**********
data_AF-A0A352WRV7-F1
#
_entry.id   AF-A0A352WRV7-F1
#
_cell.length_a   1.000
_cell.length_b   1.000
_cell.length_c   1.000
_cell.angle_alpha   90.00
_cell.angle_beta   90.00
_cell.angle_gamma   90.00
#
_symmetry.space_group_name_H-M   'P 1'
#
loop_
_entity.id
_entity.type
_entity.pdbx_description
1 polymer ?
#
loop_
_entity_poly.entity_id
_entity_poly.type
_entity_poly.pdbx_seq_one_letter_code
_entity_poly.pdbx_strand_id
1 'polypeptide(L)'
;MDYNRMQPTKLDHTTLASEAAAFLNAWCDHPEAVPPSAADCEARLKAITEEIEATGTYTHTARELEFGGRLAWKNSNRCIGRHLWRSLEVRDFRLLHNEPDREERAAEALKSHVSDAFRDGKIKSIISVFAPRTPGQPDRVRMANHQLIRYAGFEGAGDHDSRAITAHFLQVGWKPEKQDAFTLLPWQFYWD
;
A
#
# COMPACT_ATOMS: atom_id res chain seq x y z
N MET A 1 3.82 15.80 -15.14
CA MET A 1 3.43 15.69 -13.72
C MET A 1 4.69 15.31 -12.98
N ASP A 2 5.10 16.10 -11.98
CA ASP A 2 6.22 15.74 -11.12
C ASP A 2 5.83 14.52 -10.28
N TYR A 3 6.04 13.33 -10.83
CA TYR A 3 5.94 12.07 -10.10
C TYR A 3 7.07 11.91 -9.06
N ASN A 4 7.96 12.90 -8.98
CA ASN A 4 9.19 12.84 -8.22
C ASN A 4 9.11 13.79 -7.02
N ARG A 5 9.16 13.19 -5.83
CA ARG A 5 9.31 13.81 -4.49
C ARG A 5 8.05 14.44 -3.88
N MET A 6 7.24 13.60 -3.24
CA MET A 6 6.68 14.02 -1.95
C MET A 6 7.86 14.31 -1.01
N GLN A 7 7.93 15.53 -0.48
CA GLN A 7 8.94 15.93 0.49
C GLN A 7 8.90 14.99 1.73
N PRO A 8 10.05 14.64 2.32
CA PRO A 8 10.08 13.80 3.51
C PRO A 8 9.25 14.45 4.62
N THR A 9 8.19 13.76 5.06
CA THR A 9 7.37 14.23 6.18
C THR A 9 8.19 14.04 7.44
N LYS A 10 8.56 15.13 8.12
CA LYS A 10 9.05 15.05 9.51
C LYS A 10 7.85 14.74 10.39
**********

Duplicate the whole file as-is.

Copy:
data_AF-A0A352WRV7-F1
#
_entry.id   AF-A0A352WRV7-F1
#
_cell.length_a   1.000
_cell.length_b   1.000
_cell.length_c   1.000
_cell.angle_alpha   90.00
_cell.angle_beta   90.00
_cell.angle_gamma   90.00
#
_symmetry.space_group_name_H-M   'P 1'
#
loop_
_entity.id
_entity.type
_entity.pdbx_description
1 polymer ?
#
loop_
_entity_poly.entity_id
_entity_poly.type
_entity_poly.pdbx_seq_one_letter_code
_entity_poly.pdbx_strand_id
1 'polypeptide(L)'
;MDYNRMQPTKLDHTTLASEAAAFLNAWCDHPEAVPPSAADCEARLKAITEEIEATGTYTHTARELEFGGRLAWKNSNRCIGRHLWRSLEVRDFRLLHNEPDREERAAEALKSHVSDAFRDGKIKSIISVFAPRTPGQPDRVRMANHQLIRYAGFEGAGDHDSRAITAHFLQVGWKPEKQDAFTLLPWQFYWD
;
A
#
# COMPACT_ATOMS: atom_id res chain seq x y z
N MET A 1 3.82 15.80 -15.14
CA MET A 1 3.43 15.69 -13.72
C MET A 1 4.69 15.31 -12.98
N ASP A 2 5.10 16.10 -11.98
CA ASP A 2 6.22 15.74 -11.12
C ASP A 2 5.83 14.52 -10.28
N TYR A 3 6.04 13.33 -10.83
CA TYR A 3 5.94 12.07 -10.10
C TYR A 3 7.07 11.91 -9.06
N ASN A 4 7.96 12.90 -8.98
CA ASN A 4 9.19 12.84 -8.22
C ASN A 4 9.11 13.79 -7.02
N ARG A 5 9.16 13.19 -5.83
CA ARG A 5 9.31 13.81 -4.49
C ARG A 5 8.05 14.44 -3.88
N MET A 6 7.24 13.60 -3.24
CA MET A 6 6.68 14.02 -1.95
C MET A 6 7.86 14.31 -1.01
N GLN A 7 7.93 15.53 -0.48
CA GLN A 7 8.94 15.93 0.49
C GLN A 7 8.90 14.99 1.73
N PRO A 8 10.05 14.64 2.32
CA PRO A 8 10.08 13.80 3.51
C PRO A 8 9.25 14.45 4.62
N THR A 9 8.19 13.76 5.06
CA THR A 9 7.37 14.23 6.18
C THR A 9 8.19 14.04 7.44
N LYS A 10 8.56 15.13 8.12
CA LYS A 10 9.05 15.05 9.51
C LYS A 10 7.85 14.74 10.39